Dallas at Philadelphia is listed as even. San Diego has opened as 4-point favorite at home against Oakland. Neither line is expected to move before Sunday's conference championship contests that will determine the Super Bowl participants.

"If there's any change, it would be Dallas," said Bob Martin, the "head linesman" operating out of Las Vegas. "If that game were to become 1 point, Dallas would be favored. As for Oakland and San Diego, you currently can find 4 1/2 in a few places. San Diego has become a popular team, like Dallas."

There is no secret as to the popularity of the Cowboys and the Chargers. They have pizzazz. One was "America's Team," however briefly. The other features a lightning bolt on its helmet. Both play with a great flair on offense, are not afraid to gamble, love to throw the ball, and have slashing-type runners. They project the wide-open style so dear to the heart of most armchair quarterbacks.

Philadelphia and Oakland, by comparison, are dull. They are almost a throwback to what made teams great before the rules changes at the start of the 1978 season. They rely on the defense to keep the team in the game until the offense can generate something in the way of points.

The responsibility of the Raider and Eagle defenses Sunday will be to keep their much more explosive rivals from breaking the game open early. Conference championship games often are played conservatively through the first 15 or 20 minutes. I doubt that Don Coryell or Tom Landry will go that route. They will come out firing.

If the Cowboys and the Chargers are to fulfill their popular destiny, it is important that Tony Dorsett and Chuck Muncie have productive outings. Dorsett is particularly dangerous on synthetic surfaces such as Philadelphia's. Both runners have been known to commit the costly fumble. Muncie is a threat to lose control every time he handles the ball. And Dorsett has been lucky, in his last two games, to have fumbled without Dallas losing possession.

The Eagles must keep the Cowboy running game in check and apply some pressure against Danny White's passes. White's throwing can be very good, or very bad. The Raiders must keep the Chargers from scoring with the long strike. San Diego has difficulty getting into the end zone from the opponent's 10 or 15.Its offensive line, while exceptional at providing pass protection for Dan Fouts, does not block that well for the run. Oakland must make the Chargers settle for three or four field goals.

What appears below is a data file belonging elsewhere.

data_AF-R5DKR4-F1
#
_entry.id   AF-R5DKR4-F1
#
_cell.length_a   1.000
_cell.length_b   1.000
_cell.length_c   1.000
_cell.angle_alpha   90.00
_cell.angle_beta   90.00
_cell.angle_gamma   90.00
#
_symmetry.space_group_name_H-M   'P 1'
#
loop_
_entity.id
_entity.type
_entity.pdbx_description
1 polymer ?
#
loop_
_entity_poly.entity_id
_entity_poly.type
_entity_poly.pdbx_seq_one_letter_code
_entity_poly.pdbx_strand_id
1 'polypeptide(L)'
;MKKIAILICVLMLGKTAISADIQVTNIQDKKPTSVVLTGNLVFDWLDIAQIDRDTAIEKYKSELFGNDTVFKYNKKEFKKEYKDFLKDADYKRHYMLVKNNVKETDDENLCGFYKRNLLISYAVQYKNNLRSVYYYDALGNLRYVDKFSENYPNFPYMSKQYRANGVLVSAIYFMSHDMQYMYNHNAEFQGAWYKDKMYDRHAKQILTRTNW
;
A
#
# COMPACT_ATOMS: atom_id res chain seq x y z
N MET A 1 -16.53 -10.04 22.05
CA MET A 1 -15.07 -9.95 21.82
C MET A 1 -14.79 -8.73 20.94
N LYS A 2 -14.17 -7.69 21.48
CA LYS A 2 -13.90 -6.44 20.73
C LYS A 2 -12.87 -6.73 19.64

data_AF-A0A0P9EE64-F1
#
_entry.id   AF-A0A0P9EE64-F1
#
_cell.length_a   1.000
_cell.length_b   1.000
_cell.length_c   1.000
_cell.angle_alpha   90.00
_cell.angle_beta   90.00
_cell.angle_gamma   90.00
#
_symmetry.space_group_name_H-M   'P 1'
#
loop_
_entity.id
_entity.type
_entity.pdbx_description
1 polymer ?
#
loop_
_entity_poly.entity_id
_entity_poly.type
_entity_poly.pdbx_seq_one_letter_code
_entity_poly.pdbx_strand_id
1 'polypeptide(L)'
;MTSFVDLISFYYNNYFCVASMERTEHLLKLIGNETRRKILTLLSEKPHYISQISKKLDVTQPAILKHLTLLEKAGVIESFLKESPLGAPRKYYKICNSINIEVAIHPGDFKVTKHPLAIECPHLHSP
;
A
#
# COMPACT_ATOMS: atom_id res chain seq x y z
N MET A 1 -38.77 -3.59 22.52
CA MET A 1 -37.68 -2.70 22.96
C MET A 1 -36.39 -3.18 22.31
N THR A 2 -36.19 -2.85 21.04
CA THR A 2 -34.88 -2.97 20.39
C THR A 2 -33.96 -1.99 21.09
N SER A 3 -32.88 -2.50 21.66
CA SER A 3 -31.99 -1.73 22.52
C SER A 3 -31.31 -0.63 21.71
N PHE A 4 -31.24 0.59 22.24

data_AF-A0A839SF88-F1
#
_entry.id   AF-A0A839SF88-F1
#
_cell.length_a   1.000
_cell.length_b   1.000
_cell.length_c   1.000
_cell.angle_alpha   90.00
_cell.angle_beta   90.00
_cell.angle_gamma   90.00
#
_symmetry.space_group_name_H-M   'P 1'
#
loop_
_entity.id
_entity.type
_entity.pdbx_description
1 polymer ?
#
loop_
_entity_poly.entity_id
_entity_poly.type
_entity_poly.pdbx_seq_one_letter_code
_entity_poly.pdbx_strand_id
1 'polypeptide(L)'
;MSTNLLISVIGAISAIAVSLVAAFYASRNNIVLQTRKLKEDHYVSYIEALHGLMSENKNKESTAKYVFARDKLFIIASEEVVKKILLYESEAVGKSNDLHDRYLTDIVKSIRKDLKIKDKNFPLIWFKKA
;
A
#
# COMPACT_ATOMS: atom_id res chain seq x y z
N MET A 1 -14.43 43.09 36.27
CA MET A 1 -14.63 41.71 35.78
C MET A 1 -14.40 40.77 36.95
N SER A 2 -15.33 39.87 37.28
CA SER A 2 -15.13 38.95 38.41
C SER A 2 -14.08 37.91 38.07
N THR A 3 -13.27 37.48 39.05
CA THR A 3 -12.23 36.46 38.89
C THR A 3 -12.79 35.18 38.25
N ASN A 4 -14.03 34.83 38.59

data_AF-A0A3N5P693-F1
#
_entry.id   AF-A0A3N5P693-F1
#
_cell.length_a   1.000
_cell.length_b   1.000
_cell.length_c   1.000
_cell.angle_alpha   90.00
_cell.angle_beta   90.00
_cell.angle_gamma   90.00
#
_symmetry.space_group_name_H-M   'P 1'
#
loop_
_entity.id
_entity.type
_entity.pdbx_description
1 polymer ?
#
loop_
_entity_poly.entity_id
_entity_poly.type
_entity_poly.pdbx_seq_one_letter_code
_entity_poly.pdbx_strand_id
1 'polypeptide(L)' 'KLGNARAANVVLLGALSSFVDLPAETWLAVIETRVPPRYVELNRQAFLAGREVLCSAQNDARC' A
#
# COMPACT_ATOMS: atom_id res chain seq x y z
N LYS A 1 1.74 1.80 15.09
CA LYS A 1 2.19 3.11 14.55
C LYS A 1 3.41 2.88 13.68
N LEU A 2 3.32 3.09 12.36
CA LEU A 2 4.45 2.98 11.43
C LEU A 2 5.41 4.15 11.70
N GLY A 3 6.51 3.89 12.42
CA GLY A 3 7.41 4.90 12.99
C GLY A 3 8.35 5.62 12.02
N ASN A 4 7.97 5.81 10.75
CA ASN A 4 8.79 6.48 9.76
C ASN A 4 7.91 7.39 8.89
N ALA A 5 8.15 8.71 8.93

The most important factor, however, in handicapping these championship contests has to do with weaknesses, not strengths. For all their glamor, the Cowboys are terribly vulnerable on the corners and the Chargers are more than suspect at left-side linebacker and at the left corner.

Dallas and San Diego are as good defensively as their front fours make the rest of those units appear to be. Both fronts are effective at shutting down the run and applying pressure to the passer. But any team capable of neutralizing those defensive fronts is going to expose the linebacking and secondary play of the Cowboys and Chargers as being, indeed, secondary.

Philadelphia and Oakland have offensive lines that are good enough to do just this. Neither Ron Jaworski nor Jim Plunkett will ever become my favorite quarterback, but they have enough tools at their command Sunday to take advantage of the Dallas and San Diego weaknesses. The Eagles and the Raiders have running games that merit respect, and their receivers are more than adequate to exploit the Charger and Cowboy secondaries.

And, should these games come down to a final test of "character" in the closing moments, I will be content to side with the Eagle and the Raider defenses. They have been the best in the NFL all season. They perform with great intensity and pride. If they are beaten, it will be only because in the 19th week of the campaign, they were confronted with the NFL's most high-powered offenses. They will not beat themselves.

Make it $1,500 on the Eagles, even, and $1,500 (imaginary, of course) on the Raiders, getting 4.